5. Mahek, not true. If both batsmen have the same strike rate the efficiency will be 100%. The difficulty is that David's suggest measure seems biased towards batsmen who score at the same rate.

    The way around that is to measure efficiency as the percentage run-rate of the partnership between the slowest batsman and the fastest.
    ( 53/90 - 32/62 ) / ( 21/28 - 32/62 ) =
    ( 0.588 - 0.516 ) / ( 0.75 - 0.516 ) = 30.7%

  6. You're right Russ, it can be 100% even if both batsmen have the same strike rate. Like I said before, I came up with this parameter to figure out the least number of balls the batsman scoring faster should face in a partnership. That is the point of 100% efficiency. It's a bit of a misnomer because this figure can also be greater than 100% and efficiency by definition can't be more than 100%. I'm afraid I'm getting pedantic here so I'll stop.

    BTW, is it a coincidence that the efficiency figures we arrived at are quite close?

  7. Russ, could you talk a bit about what your measure is trying to explain? If the batsmen have equal strike in a partnership, then your measure gives an efficiency of 50% every time.

    I agree that my definition is biased towards batsmen who score at the same rate, but that is kind of the point - if they're scoring at the same rate, then Mahek can't complain about the faster batsman not getting more of the strike.

  8. David, are you sure? If by "equal strike" you mean they faced the same number of balls, I don't agree, by my calculation. If by equal strike you mean they have the same strike rate then my measure is undefined (divide by 0).

    I'll try and diagram it:

    --- 0.516 slowest batsman strike rate = 0% efficiency
    |-- 0.588 partnership strike rate = 31% efficiency
    --- 0.75 fastest batsman strike rate = 100% efficiency

    That is, my efficiency measure calculates how close a partnership gets to giving the fastest batsman all of the strike. Which, in reply to Mahek, is the point where a partnership is scoring at its maximum potential.

  9. Let r1 = runs scored by the faster batsman, b1 = balls faced by faster batsman.

    r2, b2 the same for the slower batsman.

    As I understand it, your formula is:

    [(r1 + r2)/(b1 + b2) - r2/b2] / (r1/b1 - r2/b2)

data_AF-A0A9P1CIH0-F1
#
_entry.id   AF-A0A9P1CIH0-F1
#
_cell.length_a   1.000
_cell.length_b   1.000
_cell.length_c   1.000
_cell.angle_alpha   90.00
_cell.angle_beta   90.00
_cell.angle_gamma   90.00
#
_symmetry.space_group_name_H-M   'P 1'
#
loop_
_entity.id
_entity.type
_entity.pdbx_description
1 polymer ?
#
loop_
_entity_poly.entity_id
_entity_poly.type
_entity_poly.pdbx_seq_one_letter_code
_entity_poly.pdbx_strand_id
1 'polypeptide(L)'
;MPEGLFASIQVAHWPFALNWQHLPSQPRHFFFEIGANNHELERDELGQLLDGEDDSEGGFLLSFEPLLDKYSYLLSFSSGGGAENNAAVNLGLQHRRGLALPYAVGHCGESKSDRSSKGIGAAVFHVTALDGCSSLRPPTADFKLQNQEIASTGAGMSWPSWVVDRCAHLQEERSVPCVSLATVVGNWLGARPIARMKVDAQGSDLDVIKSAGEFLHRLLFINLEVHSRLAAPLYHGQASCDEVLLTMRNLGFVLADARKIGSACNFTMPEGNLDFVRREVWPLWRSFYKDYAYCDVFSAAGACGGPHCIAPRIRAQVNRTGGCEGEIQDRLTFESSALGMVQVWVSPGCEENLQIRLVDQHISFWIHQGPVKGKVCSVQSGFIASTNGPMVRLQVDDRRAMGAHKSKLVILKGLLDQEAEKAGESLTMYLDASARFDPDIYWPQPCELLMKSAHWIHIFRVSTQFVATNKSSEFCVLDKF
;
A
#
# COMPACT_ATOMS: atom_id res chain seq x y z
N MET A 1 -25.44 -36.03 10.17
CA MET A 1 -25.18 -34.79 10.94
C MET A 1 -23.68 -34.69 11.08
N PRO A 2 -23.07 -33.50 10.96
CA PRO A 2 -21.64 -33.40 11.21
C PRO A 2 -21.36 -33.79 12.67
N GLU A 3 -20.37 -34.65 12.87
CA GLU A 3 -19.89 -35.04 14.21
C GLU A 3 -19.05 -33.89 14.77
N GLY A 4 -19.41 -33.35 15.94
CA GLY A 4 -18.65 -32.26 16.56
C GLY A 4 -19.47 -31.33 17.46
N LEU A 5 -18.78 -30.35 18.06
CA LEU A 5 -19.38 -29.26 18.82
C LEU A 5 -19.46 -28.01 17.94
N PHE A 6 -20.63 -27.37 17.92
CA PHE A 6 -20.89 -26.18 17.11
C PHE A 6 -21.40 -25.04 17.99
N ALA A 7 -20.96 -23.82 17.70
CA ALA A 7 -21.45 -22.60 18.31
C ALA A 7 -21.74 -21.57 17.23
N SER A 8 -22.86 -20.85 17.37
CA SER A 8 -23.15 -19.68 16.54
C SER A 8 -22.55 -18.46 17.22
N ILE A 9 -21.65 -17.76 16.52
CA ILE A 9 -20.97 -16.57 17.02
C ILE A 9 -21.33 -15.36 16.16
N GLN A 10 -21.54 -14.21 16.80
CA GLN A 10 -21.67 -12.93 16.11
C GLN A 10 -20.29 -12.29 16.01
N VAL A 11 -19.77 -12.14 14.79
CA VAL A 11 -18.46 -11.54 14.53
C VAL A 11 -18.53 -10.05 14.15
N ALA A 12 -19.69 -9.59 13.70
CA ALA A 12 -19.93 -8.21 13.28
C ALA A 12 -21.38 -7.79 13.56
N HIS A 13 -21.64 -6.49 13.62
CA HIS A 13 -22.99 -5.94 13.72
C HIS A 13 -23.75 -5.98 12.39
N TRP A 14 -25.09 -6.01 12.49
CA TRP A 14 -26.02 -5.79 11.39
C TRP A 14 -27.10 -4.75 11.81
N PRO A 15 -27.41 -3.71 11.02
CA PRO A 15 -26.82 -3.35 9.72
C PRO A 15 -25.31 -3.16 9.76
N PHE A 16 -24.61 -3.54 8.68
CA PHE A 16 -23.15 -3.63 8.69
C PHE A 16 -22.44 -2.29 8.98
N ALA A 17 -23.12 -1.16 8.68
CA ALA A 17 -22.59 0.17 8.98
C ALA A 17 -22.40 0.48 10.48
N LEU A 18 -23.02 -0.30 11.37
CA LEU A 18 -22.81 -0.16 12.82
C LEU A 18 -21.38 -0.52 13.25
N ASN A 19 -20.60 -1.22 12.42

Now suppose that b1=b2=b.


    [(r1 + r2)/(2b) - r2/b] / (r1/b - r2/b)

    = [(r1 + r2 - 2*r2)/(2b)] / [(r1 - r2)/b]

    = [(r1 - r2)/(2b)] / [(r1 - r2)/b]

    = 1/2

  10. I understand your diagram now. I think I am still right - equal strike gives an efficiency of 50% each time. You basically calculate the efficiency on a scale that runs from the speed of the slower batsman to that of the fastest, with equal strike giving a run rate in the middle.

  11. David, yes, I get you now, you are completely correct. A partnership should be 50% efficient, on average, anyway so I don't think the quirk you point out is a weakness in the approach.

  12. I think that to describe this sort of phenomenon, you need both definitions, or something like them - one to say how inefficient the distribution of strike was (your method), and one to say how much damage this caused (mine).

    Your formula can be simplified by the way - it's just the percentage of balls faced by the faster batsman.

  13. I think I know where Russ is going with this and it's a pretty good measure. However, I don't think a partnership should be 50% efficient because you hardly get both batsmen scoring at the same rate. This is especially the case with batsmen like Virender Sehwag or Tamim Iqbal who almost always score faster than their partner.

    As a captain I'd like such batsmen to get more strike than their partner, and efficiency can be a pointer to how much more strike they should get.

    Everyone knows the opposition captain is going to try and frustrate an attacking batsman by spreading the field, the best way to counter it is to keep getting him back on strike. That way he gets to play more deliveries and the team scores at a fair clip without taking the risks associated with hitting boundaries.